How to cover red paint


  #1  
Old 10-02-05, 02:21 PM
Chant
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How do I cover red paint on walls?

Hello! About two years ago, (in a moment of genius ) I painted my bedroom dark red using high gloss paint. The room is really stunning but now I am a bit tired of the cave my husband and I sleep in.

I would like some advice on how to paint the walls a lighter color without using 500 coats of paint.

Suggestions?
 

Last edited by Chant; 10-02-05 at 02:33 PM. Reason: add question mark
  #2  
Old 10-02-05, 05:01 PM
M
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First sand the gloss a little, then use a good latex primer and 1-2 coats of quality paint. Good paint almost always has better coverage and hiding properties than cheaper paint.
 
  #3  
Old 10-02-05, 08:04 PM
J
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You can skip the sanding if you use this tinted to a color close to the finish coat. Then just topcoat.
 
  #4  
Old 10-03-05, 04:17 AM
S
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I strongly recommend sanding the surface of gloss paint before repainting
Just a light sanding should do it
I prefer sanding screens on a pole, it goes pretty quickly that way
A good primer, and good quality paint, 1-2 coats depending on color should do it
 
  #5  
Old 10-03-05, 07:53 AM
J
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As usual joneq is curious as to the reason anybody would recommend sanding when it is not necessary. There would seem to be only a few choices. I wonder if we could here at least one[not including getting crap out of the old paint job or adding extra adhesion to something that is already stuck like glue after cure].

Also keep in mind that 123 does not develop full adhesion for maybe a month or so. So trying to peel it right after you apply it does not apply. I know that If there is a problem using the 123,or any of their products, as they describe they would want to know about it.

From the Zinsser site about 123

Interior and exterior
Sticks to all surfaces without sanding
Seals stains, graffiti and tannin bleed
Mold & mildew resistant film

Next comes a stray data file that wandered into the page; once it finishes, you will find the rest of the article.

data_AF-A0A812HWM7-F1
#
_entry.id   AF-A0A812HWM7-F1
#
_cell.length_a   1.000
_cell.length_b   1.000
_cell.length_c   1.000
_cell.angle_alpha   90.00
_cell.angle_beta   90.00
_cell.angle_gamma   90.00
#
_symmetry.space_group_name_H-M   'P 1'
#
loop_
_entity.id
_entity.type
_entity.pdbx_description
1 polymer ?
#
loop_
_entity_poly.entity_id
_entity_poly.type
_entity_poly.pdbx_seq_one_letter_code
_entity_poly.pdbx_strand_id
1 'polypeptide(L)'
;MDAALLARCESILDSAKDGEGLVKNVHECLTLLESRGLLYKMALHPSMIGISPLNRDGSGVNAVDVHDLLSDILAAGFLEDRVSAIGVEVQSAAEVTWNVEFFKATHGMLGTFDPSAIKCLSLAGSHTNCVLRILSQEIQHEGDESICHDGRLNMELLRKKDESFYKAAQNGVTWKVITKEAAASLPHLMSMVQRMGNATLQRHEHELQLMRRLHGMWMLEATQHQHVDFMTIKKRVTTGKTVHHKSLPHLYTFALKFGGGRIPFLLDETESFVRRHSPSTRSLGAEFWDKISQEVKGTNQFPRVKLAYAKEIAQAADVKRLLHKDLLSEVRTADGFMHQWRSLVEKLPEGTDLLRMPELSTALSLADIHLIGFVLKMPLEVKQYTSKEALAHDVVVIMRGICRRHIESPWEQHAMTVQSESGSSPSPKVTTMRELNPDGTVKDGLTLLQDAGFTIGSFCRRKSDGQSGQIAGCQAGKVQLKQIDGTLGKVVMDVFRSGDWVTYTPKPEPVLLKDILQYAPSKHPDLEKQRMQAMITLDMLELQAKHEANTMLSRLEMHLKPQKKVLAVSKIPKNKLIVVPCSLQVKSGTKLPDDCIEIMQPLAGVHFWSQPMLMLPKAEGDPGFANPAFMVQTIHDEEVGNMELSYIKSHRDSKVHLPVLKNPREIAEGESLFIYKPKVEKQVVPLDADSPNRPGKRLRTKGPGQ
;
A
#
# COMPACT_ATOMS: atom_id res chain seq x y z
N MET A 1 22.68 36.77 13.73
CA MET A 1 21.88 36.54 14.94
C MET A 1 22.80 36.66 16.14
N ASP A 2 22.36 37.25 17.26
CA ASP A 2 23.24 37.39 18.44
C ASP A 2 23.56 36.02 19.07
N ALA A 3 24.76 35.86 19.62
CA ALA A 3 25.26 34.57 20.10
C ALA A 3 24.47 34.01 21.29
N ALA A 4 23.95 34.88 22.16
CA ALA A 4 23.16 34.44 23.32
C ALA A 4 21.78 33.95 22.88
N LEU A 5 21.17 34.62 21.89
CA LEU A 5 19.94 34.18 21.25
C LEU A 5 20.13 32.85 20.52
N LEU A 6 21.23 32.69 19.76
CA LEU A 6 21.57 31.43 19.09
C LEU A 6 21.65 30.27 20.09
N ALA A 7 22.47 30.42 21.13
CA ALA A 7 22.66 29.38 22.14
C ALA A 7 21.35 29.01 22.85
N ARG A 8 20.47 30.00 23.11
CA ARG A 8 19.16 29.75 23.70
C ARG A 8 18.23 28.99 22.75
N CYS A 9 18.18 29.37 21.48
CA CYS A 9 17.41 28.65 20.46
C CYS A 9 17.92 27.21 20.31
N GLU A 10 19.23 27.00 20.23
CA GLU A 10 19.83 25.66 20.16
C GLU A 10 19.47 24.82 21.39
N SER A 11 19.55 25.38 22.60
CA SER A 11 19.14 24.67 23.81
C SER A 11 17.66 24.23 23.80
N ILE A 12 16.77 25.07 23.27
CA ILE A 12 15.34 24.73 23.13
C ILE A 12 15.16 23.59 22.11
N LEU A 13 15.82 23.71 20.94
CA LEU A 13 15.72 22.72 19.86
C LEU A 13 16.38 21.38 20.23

Rust inhibitive – great for new metal
Fast 1 hour dry time

"Bulls Eye 1-2-3 is ready to recoat in just 1 hour and can be tinted toward the color of your topcoat to eliminate the need for one coat of paint—saving both time and money."
 
  #6  
Old 10-03-05, 09:14 AM
M
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Sanding prior to painting is always a good idea. Although the use of some products eliminate the necessity of sanding it is still a good idea to sand first. It is always better to do a job better than needed than to to not do it good enough
 
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Old 10-03-05, 09:22 AM
S
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Originally Posted by marksr
Sanding prior to painting is always a good idea. Although the use of some products eliminate the necessity of sanding it is still a good idea to sand first. It is always better to do a job better than needed than to to not do it good enough
I have to agree
I even sand non-glossy surfaces
It doesn't take up that much time or materials
That way I can trust it's done right
 
  #8  
Old 10-03-05, 03:11 PM
J
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There was no mention by anyone other than joneq about Zinsser 123 primer specifically. Everybody else was talking about a good latex primer or a good primer[oil, latex????].

If you use a good latex primer sanding is not optional over glossy paint, and would not be doing more than the the job required. I would do more than a light sanding if I was just using a good latex primer. I would do a thorough sanding.

There is also the distinct possibility that Chant does not own a pole sander or at least a pad sander and would be doing the sanding by hand. Something I don't think a pro would do, and If he did he would be getting paid to do it.

The process is much more when sanding is involved. If I was going to sand I would first clean the walls[don't want to grind the dirt in] next I would sand, then at least sweep the walls and the vacuum the floor,possibly vacuum the walls and floor

Cleaning is mandatory and not optional imo whichever way you go, but it produce no dust and eliminates all removal and associated tasks involved with sanding. It is clean and paint......Using 123 is not overkill or underkill it is using the right product for the right job

Nobody mentioned to tint the primer either. Chant wanted to know how to paint without doing exessive coats. Tinting the primer toward the finish coat is the best way imo.It may still need 2 finish coats, but definitely no more and possible 1 if the primer can be tinted to the exact color. Not tinting it will definitely insure at least 2 coats imo

I am all in favor of doing a great job, but I am never in favor of creating work for me or anyone else to do. I am sure that in the end Chant will put more weight on the side of sanding, but her opinion will probably be based more on who is saying it and less on the facts.

It really boils down to the fact that Zinsser Bullseye 123 sticks to glossy surfaces. It is probably the only primer anyone will ever need interior or exterior imo, And way more than anyone would need on bedroom walls.

If I was painting formica or something like that I would consider sanding and probably would, even though it is not required.

All of the above is based on the Zinsser site and my personal experiences with 123. It has never let me down.I always apply it to a clean surface and let it dry completely.
 
 

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